Terlingua School House 1973
The Old Terlingua one room school house sat on Fulcher property. The Fulchers were an old ranching family that owned thousands of acres. Mr. Walter Fulcher had donated the use of the land and built the school house from the remains of old mining buildings.
The school house was basically a wooden shack with a bad electrical systems, a leaking roof, old wooden windows that allowed the wind to blow through and dirty outdoor toilets that were in need of repairs. Water was piped in, gravity fed from a spring one mile away in old black plastic pipe that was simply laid out on top of the ground. The water pipes, I learned later were a continuous problem breaking on a regular basis leaving us many days without water.
When I drove up to the school house for the first time I was taken aback by how quiet it was and how lonely the little building looked sitting out in the open, barren, desert field all by itself. I knew in that moment that something outside of myself had brought me here to this little school. The building was unlocked; no keys were ever needed to get into the school. The inside was full of old dilapidated furniture and worn looking books and supplies. Cob webs hung from the corners of the room and it appeared that a good cleaning would be the first order of business. There seemed to be a spirit here that welcomed me. It was like a quiet whisper in the air, “I have been waiting for you, welcome.” I noticed, under the flag pole, a bronze plaque with the name of “Walter Fulcher” the late rancher that had donated the building and the use of the land for the school. Alone, I went over to the plaque and sat down rubbing my hand over the words and dates displayed there. “I do not know who you were,” I said to the plaque “but here I am and I am really scared. If you are watching please help me out.”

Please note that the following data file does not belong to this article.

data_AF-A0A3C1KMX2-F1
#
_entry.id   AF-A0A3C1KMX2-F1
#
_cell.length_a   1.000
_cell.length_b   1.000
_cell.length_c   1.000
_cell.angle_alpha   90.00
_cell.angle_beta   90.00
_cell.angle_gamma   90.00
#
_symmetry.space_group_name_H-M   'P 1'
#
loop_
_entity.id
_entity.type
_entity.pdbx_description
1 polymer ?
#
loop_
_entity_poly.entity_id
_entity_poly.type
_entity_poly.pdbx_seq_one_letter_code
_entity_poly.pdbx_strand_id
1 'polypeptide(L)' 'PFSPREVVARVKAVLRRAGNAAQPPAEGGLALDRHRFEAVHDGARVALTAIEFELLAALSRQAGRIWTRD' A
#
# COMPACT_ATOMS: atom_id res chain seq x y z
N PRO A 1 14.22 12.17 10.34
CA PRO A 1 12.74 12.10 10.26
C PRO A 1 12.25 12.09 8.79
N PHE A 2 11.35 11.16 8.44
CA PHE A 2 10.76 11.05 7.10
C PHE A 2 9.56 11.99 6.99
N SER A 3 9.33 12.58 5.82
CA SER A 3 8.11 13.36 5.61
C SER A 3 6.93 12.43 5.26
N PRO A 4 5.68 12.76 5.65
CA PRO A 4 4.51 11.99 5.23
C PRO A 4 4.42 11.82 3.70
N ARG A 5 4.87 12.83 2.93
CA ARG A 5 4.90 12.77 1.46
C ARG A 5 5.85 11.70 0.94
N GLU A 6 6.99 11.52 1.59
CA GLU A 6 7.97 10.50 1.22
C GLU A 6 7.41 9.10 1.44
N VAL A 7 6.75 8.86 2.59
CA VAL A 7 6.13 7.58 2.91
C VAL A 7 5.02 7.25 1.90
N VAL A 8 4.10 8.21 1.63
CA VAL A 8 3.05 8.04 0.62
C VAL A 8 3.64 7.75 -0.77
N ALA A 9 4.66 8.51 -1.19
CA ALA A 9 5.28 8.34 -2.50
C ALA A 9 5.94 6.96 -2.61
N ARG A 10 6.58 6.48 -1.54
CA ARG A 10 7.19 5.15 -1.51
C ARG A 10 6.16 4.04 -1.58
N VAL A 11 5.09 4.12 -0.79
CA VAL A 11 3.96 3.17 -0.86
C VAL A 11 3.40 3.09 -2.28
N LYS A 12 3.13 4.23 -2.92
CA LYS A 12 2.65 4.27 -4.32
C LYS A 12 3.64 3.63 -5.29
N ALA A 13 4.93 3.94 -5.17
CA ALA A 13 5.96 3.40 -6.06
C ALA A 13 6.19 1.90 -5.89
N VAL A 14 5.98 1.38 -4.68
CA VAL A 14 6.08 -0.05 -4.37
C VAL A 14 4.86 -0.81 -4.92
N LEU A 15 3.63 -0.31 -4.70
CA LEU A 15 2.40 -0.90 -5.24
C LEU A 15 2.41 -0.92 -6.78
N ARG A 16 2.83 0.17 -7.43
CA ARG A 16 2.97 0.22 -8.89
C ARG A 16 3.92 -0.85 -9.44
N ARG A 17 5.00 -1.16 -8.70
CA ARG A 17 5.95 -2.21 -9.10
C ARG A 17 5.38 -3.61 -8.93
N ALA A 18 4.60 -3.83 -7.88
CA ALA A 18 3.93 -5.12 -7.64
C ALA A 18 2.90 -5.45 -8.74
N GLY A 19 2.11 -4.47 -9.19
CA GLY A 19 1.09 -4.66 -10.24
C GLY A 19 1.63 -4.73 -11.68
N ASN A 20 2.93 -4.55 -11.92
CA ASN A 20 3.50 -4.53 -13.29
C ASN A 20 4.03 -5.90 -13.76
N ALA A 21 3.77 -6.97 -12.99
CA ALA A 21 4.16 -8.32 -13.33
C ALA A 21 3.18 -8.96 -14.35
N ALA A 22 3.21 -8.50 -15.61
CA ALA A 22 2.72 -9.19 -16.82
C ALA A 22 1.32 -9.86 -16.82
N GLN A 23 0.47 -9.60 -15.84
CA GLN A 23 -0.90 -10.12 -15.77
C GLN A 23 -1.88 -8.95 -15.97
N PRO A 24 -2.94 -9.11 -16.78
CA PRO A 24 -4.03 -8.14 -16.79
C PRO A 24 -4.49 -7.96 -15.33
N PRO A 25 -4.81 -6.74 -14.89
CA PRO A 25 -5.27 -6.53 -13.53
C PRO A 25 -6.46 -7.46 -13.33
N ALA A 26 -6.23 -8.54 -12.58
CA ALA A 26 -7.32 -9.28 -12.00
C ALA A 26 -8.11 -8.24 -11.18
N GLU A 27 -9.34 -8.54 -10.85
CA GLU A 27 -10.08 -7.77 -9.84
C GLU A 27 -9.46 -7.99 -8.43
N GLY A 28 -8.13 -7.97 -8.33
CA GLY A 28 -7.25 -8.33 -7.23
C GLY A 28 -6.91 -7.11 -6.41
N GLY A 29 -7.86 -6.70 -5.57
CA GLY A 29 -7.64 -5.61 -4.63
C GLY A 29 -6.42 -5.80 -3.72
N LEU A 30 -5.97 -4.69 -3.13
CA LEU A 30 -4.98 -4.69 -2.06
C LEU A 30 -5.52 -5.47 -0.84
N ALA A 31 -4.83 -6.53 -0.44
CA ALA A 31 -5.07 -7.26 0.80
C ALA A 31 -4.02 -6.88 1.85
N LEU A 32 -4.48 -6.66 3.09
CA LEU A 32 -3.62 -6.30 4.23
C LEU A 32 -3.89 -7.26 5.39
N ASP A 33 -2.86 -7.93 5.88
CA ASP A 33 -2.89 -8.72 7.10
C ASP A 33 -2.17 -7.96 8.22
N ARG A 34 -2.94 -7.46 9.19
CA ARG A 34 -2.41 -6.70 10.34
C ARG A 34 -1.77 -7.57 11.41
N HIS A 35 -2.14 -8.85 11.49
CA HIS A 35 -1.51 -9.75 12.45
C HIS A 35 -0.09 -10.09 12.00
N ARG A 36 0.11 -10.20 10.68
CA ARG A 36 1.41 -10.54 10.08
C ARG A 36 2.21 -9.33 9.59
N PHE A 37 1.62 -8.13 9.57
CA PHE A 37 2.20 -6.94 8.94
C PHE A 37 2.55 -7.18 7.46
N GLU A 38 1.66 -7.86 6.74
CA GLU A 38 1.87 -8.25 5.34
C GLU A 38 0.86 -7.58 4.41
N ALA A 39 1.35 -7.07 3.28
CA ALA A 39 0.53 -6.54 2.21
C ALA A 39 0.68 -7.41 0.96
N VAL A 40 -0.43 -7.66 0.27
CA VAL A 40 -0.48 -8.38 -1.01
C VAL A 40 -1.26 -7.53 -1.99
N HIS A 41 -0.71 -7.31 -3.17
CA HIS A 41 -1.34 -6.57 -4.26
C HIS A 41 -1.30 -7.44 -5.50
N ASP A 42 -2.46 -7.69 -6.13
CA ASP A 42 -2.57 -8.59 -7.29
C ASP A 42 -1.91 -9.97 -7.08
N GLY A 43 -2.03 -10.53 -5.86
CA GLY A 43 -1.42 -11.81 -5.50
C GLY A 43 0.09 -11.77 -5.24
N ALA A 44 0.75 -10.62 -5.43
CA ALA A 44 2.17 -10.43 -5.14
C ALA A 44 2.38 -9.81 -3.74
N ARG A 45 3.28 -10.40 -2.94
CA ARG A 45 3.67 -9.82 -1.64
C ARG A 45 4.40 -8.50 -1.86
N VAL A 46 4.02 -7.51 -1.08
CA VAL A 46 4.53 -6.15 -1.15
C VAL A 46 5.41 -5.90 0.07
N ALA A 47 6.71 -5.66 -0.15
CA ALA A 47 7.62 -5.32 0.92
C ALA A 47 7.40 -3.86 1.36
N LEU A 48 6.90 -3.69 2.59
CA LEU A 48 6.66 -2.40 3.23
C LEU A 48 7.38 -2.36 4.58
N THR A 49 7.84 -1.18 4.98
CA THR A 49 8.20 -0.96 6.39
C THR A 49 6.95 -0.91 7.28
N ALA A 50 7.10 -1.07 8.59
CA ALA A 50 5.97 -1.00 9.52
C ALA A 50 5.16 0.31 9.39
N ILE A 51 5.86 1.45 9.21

That little white, detached building was the his and her bathrooms. They were continually out of order. So the students had a his and her hill to wonder off too when nature called. The trailer behind the pick up truck was what I used to haul water to my house. I would put a hose into the tank upon arriving at school in the morning and, because of low water pressure it would take 5 to 6 hours to fill the tank. I would then attach it to my truck and haul the water home.
Somehow, I knew in that moment that the universe had conspired to bring me here for a reason. That reason would later be revealed to me in our battles to save the school from being consolidated into the Alpine school system. In that moment I did not know it, but eventually I would learn, that it was no accident that I was here in this very time and place to save this little school from extinction.
I would soon discover that, with all of its imperfections, this basic, run down building was actually perfect. It was not the traditional, concrete, sterile box that most Texas schools were. It was one of a kind. The last one room school house in Texas. Its simplicity, being old and open to the desert around us, would continually enhance the learning process. Here, my students and I were part of the wild, wide open spaces and as close to this sacred land as we could get. Along with reading, writing and arithmetic mother nature would nourish learning in many other ways.